OPEC expands its control over the oil markets with the halt in the growth of oil shale

After a decade of exponential growth, the US shale patch is no longer the swing product in global markets. That role has now returned to OPEC and its largest and most influential members in the Middle East, say industry analysts and executives.

From a growth of more than 1 million barrels per day in oil production annually before the pandemic hit demand in 2020, the US is now poised to see growth at half that, at best, this year. Although most of the growth is and will come from the shale patch, the pace of production increases has slowed, and some analysts have recently called for peak shale production coming as early as 2024.

A number of factors have combined in recent months to influence the growth of US shale oil production – from capital discipline to labor shortages, from lack of external capital to cost inflation and high interest rates, from stressful prime sites to drilling to sharper declines in oil prices. Well productivity over time.

US shale growth is disappointing

Analysts say that US shale oil will continue to grow, even at lower rates. But the Permian won’t be the global swing producer it was before 2020 when US producers invested all their money and took on more debt to “drill, baby, drill” every time oil prices went up.

Last year, American producers were not even tempted by $100 oil. executives at E&P firms said Dallas Federal Energy Survey for the fourth quarter of last month. Related: Venezuela’s vast oil wealth could become the world’s largest stranded asset

A total of 32% of E&P executives chose “cost inflation and/or supply chain bottlenecks” as the biggest impediment to their company’s production, 27% chose “a mature asset base,” and 16% cited “capital availability.” Each of the other options received 9% or less.

“Geopolitical risks, economic uncertainty, material and/or labor shortages, and anti-industry management have made it difficult to project what the next 12 to 18 months will be like for the upstream sector,” an E&P executive said in a statement. comments to scan.

According to the latest environmental impact assessment Short term energy forecast (STEO), the US crude oil production is expected to average 11.7 million barrels per day in 2022 and will average 12.4 million barrels per day in 2023, which will exceed the record set in 2019.

Some analysts and industry officials say this may be overly optimistic.

US oil supply growth will be modest this year, at its limits 400 thousand barrels per day Exit to exit at the end of 2023, according to Enverus Intelligence Research (EIR).

Enverus expects global demand to grow at 1 million barrels per day this year, half driven by the reopening of China.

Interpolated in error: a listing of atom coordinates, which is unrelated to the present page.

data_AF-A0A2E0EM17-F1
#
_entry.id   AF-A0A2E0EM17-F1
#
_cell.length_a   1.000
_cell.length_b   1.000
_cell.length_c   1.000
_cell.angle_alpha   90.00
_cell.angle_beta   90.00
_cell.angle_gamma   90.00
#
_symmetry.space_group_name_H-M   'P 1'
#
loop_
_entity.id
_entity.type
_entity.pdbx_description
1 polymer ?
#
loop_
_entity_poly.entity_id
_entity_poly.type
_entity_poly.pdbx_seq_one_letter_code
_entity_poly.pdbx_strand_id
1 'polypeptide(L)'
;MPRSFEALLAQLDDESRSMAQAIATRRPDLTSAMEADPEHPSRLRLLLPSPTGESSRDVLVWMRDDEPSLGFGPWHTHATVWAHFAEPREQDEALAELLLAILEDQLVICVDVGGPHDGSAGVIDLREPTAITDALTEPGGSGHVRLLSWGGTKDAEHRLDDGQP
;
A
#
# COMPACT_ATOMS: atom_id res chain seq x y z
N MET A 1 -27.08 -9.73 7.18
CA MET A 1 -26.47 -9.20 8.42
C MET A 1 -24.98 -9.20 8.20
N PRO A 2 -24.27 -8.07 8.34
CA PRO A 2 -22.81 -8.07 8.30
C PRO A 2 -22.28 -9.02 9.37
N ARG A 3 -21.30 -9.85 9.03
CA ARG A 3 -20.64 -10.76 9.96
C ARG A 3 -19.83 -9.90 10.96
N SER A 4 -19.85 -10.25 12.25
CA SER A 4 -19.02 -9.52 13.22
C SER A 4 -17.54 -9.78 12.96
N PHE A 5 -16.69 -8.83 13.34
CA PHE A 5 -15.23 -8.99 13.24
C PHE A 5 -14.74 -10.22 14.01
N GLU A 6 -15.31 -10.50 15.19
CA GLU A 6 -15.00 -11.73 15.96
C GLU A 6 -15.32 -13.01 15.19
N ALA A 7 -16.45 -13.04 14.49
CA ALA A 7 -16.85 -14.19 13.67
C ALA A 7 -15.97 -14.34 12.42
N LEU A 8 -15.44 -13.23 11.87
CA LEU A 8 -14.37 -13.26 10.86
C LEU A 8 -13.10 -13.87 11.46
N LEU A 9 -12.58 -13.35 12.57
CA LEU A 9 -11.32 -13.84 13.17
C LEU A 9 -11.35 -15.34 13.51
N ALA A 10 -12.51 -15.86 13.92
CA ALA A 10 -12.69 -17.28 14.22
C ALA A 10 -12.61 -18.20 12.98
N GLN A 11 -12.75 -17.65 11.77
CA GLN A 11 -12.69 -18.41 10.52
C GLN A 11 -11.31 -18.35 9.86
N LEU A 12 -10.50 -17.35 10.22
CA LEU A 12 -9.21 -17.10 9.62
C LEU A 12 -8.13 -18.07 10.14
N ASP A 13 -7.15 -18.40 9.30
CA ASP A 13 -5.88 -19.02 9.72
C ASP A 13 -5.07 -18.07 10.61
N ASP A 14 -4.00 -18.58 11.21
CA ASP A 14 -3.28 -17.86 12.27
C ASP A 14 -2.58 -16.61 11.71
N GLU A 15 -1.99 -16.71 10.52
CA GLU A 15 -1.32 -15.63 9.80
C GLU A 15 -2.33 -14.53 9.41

Conversely, the combination of modest US supply growth (0.4 mb/d E/E), OPEC intervention and Russian sanctions prevents a build-up of crude, products and SPR stocks in the OECD, leaving the market undersupplied if An expected recovery in the global economy has materialized in the second half of 2023, Envirus said in a report earlier this month.

Energy Aspects analysts warn in October 2022 of US crude oil production from shale basins It could peak in 2024.

“The era of robust growth of oil shale in the United States is over,” Scott Sheffield, CEO of the largest oil shale producer, Pioneer Natural Resources, said recently. financial times.

“The shale model is certainly no longer a swing product,” Sheffield noted.

At the Goldman Sachs Global Clean Energy and Technology Conference earlier this month, Sheffield He said Pioneer has lowered its estimate of total Permian oil production from all operators to about 7 million bpd by 2030 from about 8 million bpd projected about a year ago. The Energy Information Administration estimates that the Permian River is currently pumping 5.5 million barrels a day.

Sheffield added that many companies are running out of inventory and turning to tier two and three inventory.

Shale growth is likely to be around 400,000 bpd this year, down from the 500,000 bpd to 600,000 bpd forecast by Sheffield over the past 12 to 18 months.

“And that will continue to decline over the next five years,” said the CEO of Pioneer.

OPEC back in the driver’s seat

OPEC is now in the driving seat, and if oil stays around $75, The cartel is likely to support pricesAccording to Sheffield.

They need oil to be at $100 a barrel or higher in my opinion. OPEC ministers are frustrated by the recent drop in prices. It’s understandable. I think it will change. If it stays so low I wouldn’t be surprised if they have another cut. “But they have to wait until February 5th to see the products being banned from Russia,” he said at the Goldman Sachs conference.

For Jeff Currie, global head of commodities at Goldman Sachs, the US shale patch was the place to look for spare capacity before 2020, and was able to influence oil prices when US oil production rose in the decade to 2020.

“Today that flexibility has disappeared, forcing us to return to the ‘old oil system’ of OPEC hegemony,” Currie told the Financial Times.

By Tsvetana Paraskova for Oilprice.com

More top reads from Oilprice.com:

Leave a Reply

Your email address will not be published. Required fields are marked *